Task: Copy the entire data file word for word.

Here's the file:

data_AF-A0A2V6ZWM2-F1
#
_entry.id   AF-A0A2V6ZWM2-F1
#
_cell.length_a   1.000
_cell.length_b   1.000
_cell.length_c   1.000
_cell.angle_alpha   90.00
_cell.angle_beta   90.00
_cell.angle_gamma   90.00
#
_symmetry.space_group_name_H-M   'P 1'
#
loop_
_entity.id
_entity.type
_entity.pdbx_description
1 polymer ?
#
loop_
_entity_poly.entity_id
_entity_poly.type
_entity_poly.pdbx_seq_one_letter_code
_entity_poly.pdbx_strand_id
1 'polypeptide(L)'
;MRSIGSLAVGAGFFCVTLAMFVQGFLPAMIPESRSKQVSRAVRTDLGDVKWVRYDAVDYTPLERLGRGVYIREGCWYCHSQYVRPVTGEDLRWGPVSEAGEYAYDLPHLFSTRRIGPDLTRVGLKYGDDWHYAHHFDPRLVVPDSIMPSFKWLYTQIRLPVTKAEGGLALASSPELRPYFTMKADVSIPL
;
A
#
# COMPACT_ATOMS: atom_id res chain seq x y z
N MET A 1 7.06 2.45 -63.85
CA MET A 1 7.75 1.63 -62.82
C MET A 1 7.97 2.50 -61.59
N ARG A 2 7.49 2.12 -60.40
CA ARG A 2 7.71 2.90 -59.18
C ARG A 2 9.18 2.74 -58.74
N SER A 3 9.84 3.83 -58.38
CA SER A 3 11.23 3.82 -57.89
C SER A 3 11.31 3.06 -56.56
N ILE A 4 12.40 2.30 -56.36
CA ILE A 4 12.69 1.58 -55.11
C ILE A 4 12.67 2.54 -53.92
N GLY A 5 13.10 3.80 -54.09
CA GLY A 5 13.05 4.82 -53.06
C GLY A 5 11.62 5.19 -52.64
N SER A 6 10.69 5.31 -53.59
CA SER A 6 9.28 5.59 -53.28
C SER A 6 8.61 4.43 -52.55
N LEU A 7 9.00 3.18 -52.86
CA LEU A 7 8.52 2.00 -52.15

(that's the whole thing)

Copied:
data_AF-A0A2V6ZWM2-F1
#
_entry.id   AF-A0A2V6ZWM2-F1
#
_cell.length_a   1.000
_cell.length_b   1.000
_cell.length_c   1.000
_cell.angle_alpha   90.00
_cell.angle_beta   90.00
_cell.angle_gamma   90.00
#
_symmetry.space_group_name_H-M   'P 1'
#
loop_
_entity.id
_entity.type
_entity.pdbx_description
1 polymer ?
#
loop_
_entity_poly.entity_id
_entity_poly.type
_entity_poly.pdbx_seq_one_letter_code
_entity_poly.pdbx_strand_id
1 'polypeptide(L)'
;MRSIGSLAVGAGFFCVTLAMFVQGFLPAMIPESRSKQVSRAVRTDLGDVKWVRYDAVDYTPLERLGRGVYIREGCWYCHSQYVRPVTGEDLRWGPVSEAGEYAYDLPHLFSTRRIGPDLTRVGLKYGDDWHYAHHFDPRLVVPDSIMPSFKWLYTQIRLPVTKAEGGLALASSPELRPYFTMKADVSIPL
;
A
#
# COMPACT_ATOMS: atom_id res chain seq x y z
N MET A 1 7.06 2.45 -63.85
CA MET A 1 7.75 1.63 -62.82
C MET A 1 7.97 2.50 -61.59
N ARG A 2 7.49 2.12 -60.40
CA ARG A 2 7.71 2.90 -59.18
C ARG A 2 9.18 2.74 -58.74
N SER A 3 9.84 3.83 -58.38
CA SER A 3 11.23 3.82 -57.89
C SER A 3 11.31 3.06 -56.56
N ILE A 4 12.40 2.30 -56.36
CA ILE A 4 12.69 1.58 -55.11
C ILE A 4 12.67 2.54 -53.92
N GLY A 5 13.10 3.80 -54.09
CA GLY A 5 13.05 4.82 -53.06
C GLY A 5 11.62 5.19 -52.64
N SER A 6 10.69 5.31 -53.59
CA SER A 6 9.28 5.59 -53.28
C SER A 6 8.61 4.43 -52.55
N LEU A 7 9.00 3.18 -52.86
CA LEU A 7 8.52 2.00 -52.15